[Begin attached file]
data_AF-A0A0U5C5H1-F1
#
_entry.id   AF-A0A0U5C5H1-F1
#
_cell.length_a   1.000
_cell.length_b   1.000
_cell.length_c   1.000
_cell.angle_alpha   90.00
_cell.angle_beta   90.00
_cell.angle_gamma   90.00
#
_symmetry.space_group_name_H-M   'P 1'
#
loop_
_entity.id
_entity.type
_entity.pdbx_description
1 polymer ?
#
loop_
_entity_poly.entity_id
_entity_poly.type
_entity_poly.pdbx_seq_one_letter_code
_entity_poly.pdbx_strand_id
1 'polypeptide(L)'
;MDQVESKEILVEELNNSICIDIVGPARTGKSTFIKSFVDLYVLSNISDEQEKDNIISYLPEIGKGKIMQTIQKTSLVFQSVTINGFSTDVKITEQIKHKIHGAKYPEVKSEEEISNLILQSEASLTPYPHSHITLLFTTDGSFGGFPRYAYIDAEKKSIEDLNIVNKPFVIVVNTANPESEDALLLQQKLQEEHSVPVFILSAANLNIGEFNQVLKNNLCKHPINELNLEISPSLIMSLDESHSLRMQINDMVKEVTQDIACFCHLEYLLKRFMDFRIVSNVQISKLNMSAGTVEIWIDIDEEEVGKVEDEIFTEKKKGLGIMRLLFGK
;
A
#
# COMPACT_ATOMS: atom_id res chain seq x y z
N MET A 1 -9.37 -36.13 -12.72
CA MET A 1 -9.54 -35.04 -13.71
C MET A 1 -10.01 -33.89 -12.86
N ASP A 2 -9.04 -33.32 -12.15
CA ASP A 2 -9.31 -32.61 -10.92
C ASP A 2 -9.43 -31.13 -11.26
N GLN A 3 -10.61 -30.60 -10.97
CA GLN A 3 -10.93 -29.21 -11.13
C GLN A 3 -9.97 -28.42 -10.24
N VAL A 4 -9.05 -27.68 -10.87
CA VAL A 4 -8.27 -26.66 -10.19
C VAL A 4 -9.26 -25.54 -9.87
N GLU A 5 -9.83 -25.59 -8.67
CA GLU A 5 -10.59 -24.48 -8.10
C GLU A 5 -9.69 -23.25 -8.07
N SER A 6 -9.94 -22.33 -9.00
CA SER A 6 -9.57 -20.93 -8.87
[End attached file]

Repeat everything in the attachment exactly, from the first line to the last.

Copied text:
data_AF-A0A0U5C5H1-F1
#
_entry.id   AF-A0A0U5C5H1-F1
#
_cell.length_a   1.000
_cell.length_b   1.000
_cell.length_c   1.000
_cell.angle_alpha   90.00
_cell.angle_beta   90.00
_cell.angle_gamma   90.00
#
_symmetry.space_group_name_H-M   'P 1'
#
loop_
_entity.id
_entity.type
_entity.pdbx_description
1 polymer ?
#
loop_
_entity_poly.entity_id
_entity_poly.type
_entity_poly.pdbx_seq_one_letter_code
_entity_poly.pdbx_strand_id
1 'polypeptide(L)'
;MDQVESKEILVEELNNSICIDIVGPARTGKSTFIKSFVDLYVLSNISDEQEKDNIISYLPEIGKGKIMQTIQKTSLVFQSVTINGFSTDVKITEQIKHKIHGAKYPEVKSEEEISNLILQSEASLTPYPHSHITLLFTTDGSFGGFPRYAYIDAEKKSIEDLNIVNKPFVIVVNTANPESEDALLLQQKLQEEHSVPVFILSAANLNIGEFNQVLKNNLCKHPINELNLEISPSLIMSLDESHSLRMQINDMVKEVTQDIACFCHLEYLLKRFMDFRIVSNVQISKLNMSAGTVEIWIDIDEEEVGKVEDEIFTEKKKGLGIMRLLFGK
;
A
#
# COMPACT_ATOMS: atom_id res chain seq x y z
N MET A 1 -9.37 -36.13 -12.72
CA MET A 1 -9.54 -35.04 -13.71
C MET A 1 -10.01 -33.89 -12.86
N ASP A 2 -9.04 -33.32 -12.15
CA ASP A 2 -9.31 -32.61 -10.92
C ASP A 2 -9.43 -31.13 -11.26
N GLN A 3 -10.61 -30.60 -10.97
CA GLN A 3 -10.93 -29.21 -11.13
C GLN A 3 -9.97 -28.42 -10.24
N VAL A 4 -9.05 -27.68 -10.87
CA VAL A 4 -8.27 -26.66 -10.19
C VAL A 4 -9.26 -25.54 -9.87
N GLU A 5 -9.83 -25.59 -8.67
CA GLU A 5 -10.59 -24.48 -8.10
C GLU A 5 -9.69 -23.25 -8.07
N SER A 6 -9.94 -22.33 -9.00
CA SER A 6 -9.57 -20.93 -8.87